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Diabetes enhances mRNA levels of proapoptotic genes and caspase activity, which contribute to impaired healing.

Authors: Al-Mashat, HA  Kandru, S  Liu, R  Behl, Y  Desta, T  Graves, DT 
Citation: Al-Mashat HA, etal., Diabetes. 2006 Feb;55(2):487-95.
Pubmed: (View Article at PubMed) PMID:16443785

We previously reported that after a bacteria-induced wound in the scalp, type 2 diabetic (db/db) mice had higher levels of apoptosis of fibroblasts and bone-lining cells that are critical for healing compared with normoglycemic controls. To investigate mechanisms by which this might occur, RNA profiling and caspase activity was measured after inoculation of Porphyromonas gingivalis. Diabetes caused a more than twofold induction of 71 genes that directly or indirectly regulate apoptosis and significantly enhanced caspase-8, -9, and -3 activity. The functional significance of diabetes-induced apoptosis was studied by treating diabetic mice with a pancaspase inhibitor, z-VAD-fmk (N-benzyloxycarbonyl-Val-Ala-Asp-fluoromethylketone). Inhibiting apoptosis significantly improved several parameters of healing, including fibroblast density, enhanced mRNA levels of collagen I and III, and increased matrix formation. Improvements were also noted in bone, with an increase in the number of bone-lining cells and new bone formation. Thus, diabetes-enhanced apoptosis represents an important mechanism through which healing is impaired, and this can be explained, in part, by diabetes-increased expression of proapoptotic genes and caspase activity.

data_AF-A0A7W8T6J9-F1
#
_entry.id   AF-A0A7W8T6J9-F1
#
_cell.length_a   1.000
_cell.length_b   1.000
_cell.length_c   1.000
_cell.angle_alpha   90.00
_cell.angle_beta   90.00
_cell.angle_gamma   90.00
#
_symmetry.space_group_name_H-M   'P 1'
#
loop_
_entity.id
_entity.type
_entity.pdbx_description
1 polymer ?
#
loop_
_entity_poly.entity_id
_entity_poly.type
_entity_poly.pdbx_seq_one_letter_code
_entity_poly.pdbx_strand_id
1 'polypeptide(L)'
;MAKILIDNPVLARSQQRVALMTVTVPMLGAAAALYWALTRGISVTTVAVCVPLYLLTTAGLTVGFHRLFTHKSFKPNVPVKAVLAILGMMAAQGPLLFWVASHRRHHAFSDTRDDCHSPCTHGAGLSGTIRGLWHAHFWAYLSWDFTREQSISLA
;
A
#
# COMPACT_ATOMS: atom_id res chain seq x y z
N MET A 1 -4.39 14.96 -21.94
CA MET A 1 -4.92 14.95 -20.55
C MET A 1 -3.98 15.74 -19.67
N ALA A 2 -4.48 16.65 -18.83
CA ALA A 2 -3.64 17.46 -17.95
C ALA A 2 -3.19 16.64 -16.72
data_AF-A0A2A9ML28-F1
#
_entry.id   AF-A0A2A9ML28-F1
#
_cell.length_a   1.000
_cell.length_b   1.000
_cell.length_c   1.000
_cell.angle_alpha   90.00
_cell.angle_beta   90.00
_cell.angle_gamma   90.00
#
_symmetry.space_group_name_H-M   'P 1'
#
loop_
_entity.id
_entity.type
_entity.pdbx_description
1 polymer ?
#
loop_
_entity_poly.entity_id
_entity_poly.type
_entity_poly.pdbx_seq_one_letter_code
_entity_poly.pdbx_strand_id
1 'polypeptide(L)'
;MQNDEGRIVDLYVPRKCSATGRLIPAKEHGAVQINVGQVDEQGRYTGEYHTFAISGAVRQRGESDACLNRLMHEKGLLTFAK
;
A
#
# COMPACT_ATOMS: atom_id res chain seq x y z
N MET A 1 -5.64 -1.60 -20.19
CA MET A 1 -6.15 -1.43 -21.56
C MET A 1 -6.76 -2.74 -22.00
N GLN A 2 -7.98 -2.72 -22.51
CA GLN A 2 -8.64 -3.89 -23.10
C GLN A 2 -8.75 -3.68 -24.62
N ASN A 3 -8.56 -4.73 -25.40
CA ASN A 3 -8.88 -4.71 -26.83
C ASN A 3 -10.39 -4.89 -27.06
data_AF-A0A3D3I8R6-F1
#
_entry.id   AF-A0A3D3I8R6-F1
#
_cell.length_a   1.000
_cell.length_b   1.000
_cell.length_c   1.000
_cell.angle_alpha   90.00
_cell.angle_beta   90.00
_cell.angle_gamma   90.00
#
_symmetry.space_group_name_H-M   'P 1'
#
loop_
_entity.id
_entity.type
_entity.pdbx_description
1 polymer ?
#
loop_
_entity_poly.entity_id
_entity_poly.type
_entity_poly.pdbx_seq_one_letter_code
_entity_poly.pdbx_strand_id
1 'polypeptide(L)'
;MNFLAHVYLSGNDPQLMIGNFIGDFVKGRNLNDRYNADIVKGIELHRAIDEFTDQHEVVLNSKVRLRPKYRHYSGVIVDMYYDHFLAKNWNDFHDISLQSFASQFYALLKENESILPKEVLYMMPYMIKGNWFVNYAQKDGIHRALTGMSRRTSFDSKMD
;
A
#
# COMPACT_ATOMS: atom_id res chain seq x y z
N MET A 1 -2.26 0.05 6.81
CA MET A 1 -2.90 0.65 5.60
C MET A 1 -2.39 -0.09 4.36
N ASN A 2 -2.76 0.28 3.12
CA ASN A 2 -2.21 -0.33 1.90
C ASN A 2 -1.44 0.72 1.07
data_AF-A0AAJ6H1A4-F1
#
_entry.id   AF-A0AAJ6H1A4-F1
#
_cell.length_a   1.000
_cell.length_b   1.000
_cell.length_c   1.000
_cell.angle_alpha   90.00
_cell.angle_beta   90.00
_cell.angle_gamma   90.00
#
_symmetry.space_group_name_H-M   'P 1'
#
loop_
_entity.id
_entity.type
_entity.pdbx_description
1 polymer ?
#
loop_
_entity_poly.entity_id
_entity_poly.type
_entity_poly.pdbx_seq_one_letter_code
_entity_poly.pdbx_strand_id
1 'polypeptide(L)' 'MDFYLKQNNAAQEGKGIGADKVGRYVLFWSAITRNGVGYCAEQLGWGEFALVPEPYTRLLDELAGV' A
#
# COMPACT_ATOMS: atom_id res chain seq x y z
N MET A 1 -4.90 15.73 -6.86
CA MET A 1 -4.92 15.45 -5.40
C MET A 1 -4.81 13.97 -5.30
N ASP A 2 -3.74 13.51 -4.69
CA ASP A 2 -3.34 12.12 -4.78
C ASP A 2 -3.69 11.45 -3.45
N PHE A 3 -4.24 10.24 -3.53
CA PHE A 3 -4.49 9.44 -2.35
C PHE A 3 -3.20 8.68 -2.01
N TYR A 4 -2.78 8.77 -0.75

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RGD Object Information
RGD ID: 2311430
Created: 2009-07-15
Species: All species
Last Modified: 2009-07-15
Status: ACTIVE


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